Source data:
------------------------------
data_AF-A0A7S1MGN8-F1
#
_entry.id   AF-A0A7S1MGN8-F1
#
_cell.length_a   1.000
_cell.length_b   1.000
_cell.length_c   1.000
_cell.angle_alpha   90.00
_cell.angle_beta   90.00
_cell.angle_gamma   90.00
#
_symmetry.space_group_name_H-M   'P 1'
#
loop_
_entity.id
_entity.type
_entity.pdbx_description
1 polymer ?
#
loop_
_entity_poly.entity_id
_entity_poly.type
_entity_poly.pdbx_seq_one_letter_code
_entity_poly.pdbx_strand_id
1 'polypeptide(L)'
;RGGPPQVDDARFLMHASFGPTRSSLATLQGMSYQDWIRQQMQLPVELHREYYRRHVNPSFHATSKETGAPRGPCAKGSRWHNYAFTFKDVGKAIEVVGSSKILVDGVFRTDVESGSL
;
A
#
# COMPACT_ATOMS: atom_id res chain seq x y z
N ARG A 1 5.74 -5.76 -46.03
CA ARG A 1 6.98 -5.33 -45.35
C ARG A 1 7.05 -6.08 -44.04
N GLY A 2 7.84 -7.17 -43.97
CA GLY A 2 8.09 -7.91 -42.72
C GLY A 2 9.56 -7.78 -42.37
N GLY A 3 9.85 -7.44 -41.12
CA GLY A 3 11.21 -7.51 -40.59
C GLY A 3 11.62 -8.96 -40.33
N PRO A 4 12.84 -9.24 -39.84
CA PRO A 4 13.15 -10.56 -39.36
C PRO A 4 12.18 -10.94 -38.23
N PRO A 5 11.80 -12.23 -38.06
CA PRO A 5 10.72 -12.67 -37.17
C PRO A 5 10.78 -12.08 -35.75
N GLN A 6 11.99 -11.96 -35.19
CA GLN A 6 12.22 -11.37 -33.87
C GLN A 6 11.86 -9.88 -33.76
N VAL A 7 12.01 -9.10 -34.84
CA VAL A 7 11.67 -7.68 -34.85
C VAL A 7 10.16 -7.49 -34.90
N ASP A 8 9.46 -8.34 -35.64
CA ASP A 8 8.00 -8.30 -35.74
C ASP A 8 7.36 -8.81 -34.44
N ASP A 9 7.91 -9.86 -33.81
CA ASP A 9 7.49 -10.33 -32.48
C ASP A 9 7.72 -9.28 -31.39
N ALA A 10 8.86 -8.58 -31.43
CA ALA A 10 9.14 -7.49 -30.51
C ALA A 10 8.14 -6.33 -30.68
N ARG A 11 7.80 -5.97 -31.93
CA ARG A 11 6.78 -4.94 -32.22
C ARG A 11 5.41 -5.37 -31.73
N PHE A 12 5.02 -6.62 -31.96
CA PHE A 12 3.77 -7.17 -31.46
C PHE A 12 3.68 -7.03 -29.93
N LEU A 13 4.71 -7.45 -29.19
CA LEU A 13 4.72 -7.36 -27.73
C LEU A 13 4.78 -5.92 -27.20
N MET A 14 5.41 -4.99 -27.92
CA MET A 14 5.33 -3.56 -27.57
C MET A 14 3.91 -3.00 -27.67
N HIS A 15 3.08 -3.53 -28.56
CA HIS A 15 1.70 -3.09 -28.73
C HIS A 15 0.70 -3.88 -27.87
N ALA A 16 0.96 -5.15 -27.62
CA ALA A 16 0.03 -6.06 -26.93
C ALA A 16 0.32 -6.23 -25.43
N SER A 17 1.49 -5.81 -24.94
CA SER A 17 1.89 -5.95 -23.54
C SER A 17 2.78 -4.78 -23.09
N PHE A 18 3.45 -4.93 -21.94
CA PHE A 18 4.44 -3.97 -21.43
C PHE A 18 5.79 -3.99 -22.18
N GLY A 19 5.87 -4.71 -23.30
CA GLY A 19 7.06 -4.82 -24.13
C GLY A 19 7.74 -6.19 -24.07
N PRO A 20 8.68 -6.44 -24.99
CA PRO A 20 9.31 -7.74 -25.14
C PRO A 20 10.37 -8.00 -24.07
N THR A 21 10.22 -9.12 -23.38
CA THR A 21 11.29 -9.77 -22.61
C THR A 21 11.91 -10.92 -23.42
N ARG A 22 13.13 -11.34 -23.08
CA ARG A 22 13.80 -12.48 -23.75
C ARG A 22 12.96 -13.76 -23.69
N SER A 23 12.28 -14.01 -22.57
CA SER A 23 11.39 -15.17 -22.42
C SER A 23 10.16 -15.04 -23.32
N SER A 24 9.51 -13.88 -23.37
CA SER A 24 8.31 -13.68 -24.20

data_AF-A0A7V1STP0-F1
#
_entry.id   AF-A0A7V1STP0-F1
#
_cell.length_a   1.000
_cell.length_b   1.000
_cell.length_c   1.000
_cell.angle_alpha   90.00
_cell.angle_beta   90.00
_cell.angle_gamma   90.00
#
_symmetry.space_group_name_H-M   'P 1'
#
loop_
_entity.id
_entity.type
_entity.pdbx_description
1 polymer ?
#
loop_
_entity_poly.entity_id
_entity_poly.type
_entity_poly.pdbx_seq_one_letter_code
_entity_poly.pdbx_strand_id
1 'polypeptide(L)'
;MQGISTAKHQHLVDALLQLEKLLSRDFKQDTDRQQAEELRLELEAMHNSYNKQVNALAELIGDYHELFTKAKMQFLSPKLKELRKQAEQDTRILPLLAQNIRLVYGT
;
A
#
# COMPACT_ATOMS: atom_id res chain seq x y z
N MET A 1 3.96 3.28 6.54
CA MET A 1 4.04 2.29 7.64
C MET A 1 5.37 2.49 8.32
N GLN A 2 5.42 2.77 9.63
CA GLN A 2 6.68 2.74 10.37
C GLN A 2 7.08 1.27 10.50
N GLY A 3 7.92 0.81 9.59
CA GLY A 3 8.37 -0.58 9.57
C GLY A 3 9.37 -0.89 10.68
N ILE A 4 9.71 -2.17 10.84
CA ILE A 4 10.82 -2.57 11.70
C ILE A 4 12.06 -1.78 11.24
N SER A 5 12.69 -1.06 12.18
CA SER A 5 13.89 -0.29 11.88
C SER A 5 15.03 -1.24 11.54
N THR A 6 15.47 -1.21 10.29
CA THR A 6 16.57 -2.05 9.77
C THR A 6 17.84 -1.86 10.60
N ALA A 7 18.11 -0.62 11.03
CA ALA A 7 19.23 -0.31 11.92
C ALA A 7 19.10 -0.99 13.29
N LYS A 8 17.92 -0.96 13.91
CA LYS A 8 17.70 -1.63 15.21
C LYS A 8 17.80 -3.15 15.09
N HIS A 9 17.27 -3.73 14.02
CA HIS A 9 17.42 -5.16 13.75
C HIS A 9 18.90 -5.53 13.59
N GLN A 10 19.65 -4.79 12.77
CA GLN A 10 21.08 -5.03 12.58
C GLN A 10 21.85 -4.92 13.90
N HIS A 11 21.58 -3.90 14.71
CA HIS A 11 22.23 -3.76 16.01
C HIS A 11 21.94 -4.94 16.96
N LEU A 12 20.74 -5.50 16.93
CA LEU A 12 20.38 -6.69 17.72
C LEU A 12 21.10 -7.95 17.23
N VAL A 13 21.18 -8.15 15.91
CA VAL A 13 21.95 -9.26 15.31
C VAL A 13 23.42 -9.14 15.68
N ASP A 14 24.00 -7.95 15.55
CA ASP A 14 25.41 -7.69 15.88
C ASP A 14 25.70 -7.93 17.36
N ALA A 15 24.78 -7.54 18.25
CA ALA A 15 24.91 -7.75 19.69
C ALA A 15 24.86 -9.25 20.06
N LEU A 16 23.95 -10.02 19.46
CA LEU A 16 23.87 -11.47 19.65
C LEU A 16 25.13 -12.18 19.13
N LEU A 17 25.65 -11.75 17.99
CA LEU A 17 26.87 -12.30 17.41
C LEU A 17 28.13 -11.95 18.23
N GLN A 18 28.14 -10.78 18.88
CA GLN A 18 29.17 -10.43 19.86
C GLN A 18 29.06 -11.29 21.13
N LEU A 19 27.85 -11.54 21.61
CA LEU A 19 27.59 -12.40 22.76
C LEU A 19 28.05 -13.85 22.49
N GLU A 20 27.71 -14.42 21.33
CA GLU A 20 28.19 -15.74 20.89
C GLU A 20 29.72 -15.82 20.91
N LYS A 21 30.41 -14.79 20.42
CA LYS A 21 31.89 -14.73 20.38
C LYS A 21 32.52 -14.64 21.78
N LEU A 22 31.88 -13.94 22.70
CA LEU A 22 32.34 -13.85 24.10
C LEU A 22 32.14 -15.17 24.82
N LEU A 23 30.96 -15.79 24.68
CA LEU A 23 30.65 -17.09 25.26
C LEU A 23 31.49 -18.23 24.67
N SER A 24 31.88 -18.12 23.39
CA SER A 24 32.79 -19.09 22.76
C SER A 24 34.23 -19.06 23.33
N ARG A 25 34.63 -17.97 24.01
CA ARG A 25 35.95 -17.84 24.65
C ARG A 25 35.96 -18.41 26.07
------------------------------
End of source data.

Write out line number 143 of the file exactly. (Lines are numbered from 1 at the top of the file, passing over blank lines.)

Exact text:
C ILE A 4 12.06 -1.78 11.24